On behalf of the Animal Protection Institute (API), a national non-profit animal advocacy organization with over 85,000 members and supporters, I am pleased to offer testimony regarding the importation of exotic species and the impact these species have on public health and safety. I wish to thank the Committee on Environment and Public Works for holding a public hearing on this very important issue.
For several years, API has been studying the issue of exotic animals held in private hands. We have tracked incidents across the country involving attacks, escapes, and transmission of communicable diseases, and have analyzed all of the state laws that govern these issues, including caging requirements and standards. API has worked on legislation in North Dakota, Ohio, Oregon, South Carolina, and Washington State that would prohibit the private possession and breeding of exotic animals. Several cities have also passed API’s model legislation restricting the possession and breeding of exotic animals. In addition, we operate the API Primate Sanctuary, which is home to approximately 350 non-human primates, many of whom were rescued from private possession.
The trade in exotic animals is a multi-billion-dollar-a-year industry. People are breeding captive wild animals in large numbers. Every year, thousands of animals enter the captive wild animal trade from a variety of sources. These animals are either “surplus” from various roadside menageries and zoos; are captured from their native habitat; are sold at auctions, pet stores, or over the Internet; or come from backyard breeders. These animals are then sold on the open market and freely moved via interstate commerce. For example, a primate bred in Kentucky can be shipped with ease to an individual in Texas in a matter of days.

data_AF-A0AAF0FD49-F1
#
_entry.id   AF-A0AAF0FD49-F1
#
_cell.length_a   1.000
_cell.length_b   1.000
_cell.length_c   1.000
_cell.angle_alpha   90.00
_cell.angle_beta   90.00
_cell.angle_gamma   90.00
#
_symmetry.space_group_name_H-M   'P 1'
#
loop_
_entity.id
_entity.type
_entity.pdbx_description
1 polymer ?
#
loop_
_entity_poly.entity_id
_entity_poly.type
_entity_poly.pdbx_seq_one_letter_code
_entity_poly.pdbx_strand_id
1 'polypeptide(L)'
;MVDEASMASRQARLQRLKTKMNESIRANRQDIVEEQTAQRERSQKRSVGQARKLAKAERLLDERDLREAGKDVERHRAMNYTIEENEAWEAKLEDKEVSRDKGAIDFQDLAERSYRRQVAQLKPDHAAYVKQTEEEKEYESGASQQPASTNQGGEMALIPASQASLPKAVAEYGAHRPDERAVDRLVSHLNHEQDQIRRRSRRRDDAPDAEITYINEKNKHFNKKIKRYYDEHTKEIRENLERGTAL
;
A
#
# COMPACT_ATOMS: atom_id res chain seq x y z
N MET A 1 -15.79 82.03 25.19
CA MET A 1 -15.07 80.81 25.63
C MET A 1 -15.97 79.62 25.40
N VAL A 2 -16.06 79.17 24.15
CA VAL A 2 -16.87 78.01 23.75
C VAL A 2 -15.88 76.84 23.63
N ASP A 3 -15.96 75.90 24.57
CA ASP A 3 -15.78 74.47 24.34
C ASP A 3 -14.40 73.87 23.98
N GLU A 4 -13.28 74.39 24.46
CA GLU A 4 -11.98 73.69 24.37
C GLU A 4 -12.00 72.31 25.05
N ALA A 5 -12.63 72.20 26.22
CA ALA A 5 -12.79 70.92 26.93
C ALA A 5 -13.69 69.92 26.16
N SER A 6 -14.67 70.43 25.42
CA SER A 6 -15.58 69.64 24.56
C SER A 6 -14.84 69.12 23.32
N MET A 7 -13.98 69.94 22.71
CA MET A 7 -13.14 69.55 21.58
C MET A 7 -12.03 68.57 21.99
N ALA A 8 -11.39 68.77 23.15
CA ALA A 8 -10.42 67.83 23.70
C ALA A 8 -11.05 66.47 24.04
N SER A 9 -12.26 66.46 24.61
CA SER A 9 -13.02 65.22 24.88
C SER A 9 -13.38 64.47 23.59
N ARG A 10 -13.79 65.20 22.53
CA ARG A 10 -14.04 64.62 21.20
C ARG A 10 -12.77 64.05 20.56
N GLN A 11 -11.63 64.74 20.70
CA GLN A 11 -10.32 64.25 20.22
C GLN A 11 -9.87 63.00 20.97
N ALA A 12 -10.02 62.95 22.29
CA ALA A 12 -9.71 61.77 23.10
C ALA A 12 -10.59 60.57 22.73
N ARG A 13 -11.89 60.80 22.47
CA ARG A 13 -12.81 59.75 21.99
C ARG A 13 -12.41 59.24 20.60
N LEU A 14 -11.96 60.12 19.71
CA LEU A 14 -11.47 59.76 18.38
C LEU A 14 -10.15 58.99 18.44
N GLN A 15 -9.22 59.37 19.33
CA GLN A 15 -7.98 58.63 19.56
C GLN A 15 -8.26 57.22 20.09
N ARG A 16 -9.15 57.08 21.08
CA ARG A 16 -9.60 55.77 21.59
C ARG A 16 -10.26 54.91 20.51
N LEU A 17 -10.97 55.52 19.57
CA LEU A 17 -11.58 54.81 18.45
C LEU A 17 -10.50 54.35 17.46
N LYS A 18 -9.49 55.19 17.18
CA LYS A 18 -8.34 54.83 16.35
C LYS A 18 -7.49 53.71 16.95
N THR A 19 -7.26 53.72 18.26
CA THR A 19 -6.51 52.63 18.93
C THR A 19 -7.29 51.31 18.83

Exotic animals, such as lions, tigers, servals, monkeys, bears, snakes, iguanas, wolves, prairie dogs, and binturongs are being privately possessed as “pets” across the country. These animals pose public safety and health risks to their possessors and to the community at large. By their very nature, these animals are wild and inherently dangerous and, as such, do not adjust well to a captive environment. The American Veterinary Medical Association (AVMA), the United State Department of Agriculture (USDA), the Centers for Disease Control and Prevention (CDC), and the American Zoo and Aquarium Association (AZA) have all opposed private possession of certain exotic animals.